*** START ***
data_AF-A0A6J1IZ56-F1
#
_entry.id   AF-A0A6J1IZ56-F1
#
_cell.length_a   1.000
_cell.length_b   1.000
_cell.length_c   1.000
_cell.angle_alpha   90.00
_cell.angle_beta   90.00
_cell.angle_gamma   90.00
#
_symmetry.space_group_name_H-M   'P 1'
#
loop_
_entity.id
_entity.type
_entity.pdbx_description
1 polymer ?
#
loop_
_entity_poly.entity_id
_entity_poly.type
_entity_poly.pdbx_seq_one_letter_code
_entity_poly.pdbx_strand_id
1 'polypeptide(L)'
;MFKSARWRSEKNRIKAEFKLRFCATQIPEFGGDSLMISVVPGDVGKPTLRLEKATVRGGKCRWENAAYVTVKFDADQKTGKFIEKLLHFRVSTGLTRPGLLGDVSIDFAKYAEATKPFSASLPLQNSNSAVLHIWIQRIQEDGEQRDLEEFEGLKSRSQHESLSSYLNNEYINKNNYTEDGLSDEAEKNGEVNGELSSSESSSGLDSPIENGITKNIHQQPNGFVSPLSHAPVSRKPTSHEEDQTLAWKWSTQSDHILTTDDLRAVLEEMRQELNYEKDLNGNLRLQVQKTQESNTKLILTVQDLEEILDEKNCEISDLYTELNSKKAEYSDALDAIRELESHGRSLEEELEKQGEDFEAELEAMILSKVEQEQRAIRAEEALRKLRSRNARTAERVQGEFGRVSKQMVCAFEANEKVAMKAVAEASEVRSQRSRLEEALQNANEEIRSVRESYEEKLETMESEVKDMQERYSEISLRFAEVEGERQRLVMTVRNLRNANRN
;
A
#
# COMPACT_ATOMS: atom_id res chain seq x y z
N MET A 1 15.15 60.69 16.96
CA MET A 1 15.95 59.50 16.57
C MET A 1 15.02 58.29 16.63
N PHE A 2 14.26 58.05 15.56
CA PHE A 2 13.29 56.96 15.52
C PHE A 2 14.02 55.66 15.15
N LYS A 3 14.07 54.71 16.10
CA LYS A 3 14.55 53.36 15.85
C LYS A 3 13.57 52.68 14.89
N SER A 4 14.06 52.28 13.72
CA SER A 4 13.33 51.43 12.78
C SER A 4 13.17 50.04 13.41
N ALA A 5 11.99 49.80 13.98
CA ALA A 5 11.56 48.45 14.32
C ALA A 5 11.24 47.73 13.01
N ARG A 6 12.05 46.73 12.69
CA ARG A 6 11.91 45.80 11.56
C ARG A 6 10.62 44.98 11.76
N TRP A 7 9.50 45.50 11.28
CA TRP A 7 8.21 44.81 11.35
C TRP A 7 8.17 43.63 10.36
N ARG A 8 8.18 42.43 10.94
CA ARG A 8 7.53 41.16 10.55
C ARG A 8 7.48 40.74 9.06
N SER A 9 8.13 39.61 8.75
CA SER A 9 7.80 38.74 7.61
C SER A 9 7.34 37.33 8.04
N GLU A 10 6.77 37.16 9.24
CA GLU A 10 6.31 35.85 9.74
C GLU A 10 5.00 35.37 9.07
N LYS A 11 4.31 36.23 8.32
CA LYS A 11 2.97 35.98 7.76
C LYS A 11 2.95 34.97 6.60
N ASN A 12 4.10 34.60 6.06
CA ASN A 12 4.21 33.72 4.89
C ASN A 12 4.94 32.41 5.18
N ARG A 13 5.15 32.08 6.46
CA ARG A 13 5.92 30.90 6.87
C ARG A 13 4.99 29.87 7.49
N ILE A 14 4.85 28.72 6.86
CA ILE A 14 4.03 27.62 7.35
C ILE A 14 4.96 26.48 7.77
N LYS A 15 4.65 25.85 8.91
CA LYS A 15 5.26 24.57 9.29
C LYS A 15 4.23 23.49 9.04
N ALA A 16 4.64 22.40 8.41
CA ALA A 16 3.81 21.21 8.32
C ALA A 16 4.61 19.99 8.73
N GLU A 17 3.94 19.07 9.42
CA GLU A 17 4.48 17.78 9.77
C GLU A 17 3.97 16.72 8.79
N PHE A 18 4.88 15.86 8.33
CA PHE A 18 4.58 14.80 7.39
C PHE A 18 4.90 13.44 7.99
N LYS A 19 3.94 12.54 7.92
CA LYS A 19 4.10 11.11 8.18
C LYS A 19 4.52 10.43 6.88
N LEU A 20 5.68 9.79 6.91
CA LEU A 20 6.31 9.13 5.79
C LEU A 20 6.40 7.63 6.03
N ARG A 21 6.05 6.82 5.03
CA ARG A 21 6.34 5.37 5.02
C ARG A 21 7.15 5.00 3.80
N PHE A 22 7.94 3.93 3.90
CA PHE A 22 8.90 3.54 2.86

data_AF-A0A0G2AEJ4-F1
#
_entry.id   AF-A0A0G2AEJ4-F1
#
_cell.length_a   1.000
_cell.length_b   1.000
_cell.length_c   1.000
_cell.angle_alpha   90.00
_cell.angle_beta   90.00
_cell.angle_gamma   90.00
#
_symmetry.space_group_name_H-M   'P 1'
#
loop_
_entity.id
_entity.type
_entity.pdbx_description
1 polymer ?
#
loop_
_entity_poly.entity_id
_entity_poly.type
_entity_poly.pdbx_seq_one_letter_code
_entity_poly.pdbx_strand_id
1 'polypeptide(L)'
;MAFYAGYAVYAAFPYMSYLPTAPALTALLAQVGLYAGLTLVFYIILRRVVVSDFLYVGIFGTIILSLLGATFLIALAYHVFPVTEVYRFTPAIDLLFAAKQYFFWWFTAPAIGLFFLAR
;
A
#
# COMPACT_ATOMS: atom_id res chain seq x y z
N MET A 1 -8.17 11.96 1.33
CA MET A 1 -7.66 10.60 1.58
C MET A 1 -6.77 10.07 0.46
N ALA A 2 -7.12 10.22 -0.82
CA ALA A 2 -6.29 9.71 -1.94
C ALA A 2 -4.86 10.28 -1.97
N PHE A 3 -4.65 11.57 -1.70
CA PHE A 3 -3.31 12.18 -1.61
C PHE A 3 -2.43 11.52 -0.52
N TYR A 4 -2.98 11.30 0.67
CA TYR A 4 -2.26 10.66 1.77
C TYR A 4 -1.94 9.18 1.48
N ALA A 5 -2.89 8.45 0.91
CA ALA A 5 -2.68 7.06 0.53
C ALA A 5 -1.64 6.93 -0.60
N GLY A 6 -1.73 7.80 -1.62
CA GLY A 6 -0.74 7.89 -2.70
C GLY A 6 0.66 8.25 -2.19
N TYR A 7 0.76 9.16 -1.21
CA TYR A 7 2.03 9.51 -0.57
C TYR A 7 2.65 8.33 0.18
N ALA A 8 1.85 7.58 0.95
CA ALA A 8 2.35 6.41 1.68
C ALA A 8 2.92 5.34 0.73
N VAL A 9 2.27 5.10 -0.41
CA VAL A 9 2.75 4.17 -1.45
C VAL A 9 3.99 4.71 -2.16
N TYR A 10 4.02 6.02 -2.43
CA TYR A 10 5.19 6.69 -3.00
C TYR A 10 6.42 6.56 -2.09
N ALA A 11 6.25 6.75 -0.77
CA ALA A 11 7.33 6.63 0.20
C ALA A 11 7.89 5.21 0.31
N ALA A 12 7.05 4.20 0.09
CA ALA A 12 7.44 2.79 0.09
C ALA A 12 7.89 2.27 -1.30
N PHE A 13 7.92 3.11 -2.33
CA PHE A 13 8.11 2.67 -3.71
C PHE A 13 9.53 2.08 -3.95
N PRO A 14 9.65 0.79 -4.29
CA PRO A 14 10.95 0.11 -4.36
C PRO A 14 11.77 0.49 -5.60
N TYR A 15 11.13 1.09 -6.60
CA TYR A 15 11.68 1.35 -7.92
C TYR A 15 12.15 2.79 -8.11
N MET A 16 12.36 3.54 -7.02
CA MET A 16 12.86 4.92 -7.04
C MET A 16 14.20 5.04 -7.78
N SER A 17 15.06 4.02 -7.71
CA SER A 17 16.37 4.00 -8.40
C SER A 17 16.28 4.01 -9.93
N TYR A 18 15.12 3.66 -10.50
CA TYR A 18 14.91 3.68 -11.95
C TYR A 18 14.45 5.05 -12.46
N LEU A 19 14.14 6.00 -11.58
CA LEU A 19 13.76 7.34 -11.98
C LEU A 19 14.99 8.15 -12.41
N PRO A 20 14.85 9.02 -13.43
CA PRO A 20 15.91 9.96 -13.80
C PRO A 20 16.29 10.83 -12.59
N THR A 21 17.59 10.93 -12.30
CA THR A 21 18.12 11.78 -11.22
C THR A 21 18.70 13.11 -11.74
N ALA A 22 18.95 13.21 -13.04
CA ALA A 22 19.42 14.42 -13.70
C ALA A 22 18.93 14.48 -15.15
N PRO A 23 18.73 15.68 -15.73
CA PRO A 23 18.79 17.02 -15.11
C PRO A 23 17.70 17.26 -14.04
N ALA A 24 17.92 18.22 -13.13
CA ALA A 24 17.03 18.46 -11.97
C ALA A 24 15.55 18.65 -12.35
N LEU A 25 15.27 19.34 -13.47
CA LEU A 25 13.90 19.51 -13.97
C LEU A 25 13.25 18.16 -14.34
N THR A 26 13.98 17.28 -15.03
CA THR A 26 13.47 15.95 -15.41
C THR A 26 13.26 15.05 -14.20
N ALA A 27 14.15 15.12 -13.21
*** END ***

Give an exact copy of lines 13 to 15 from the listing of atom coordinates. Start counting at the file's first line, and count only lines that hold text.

#
loop_
_entity.id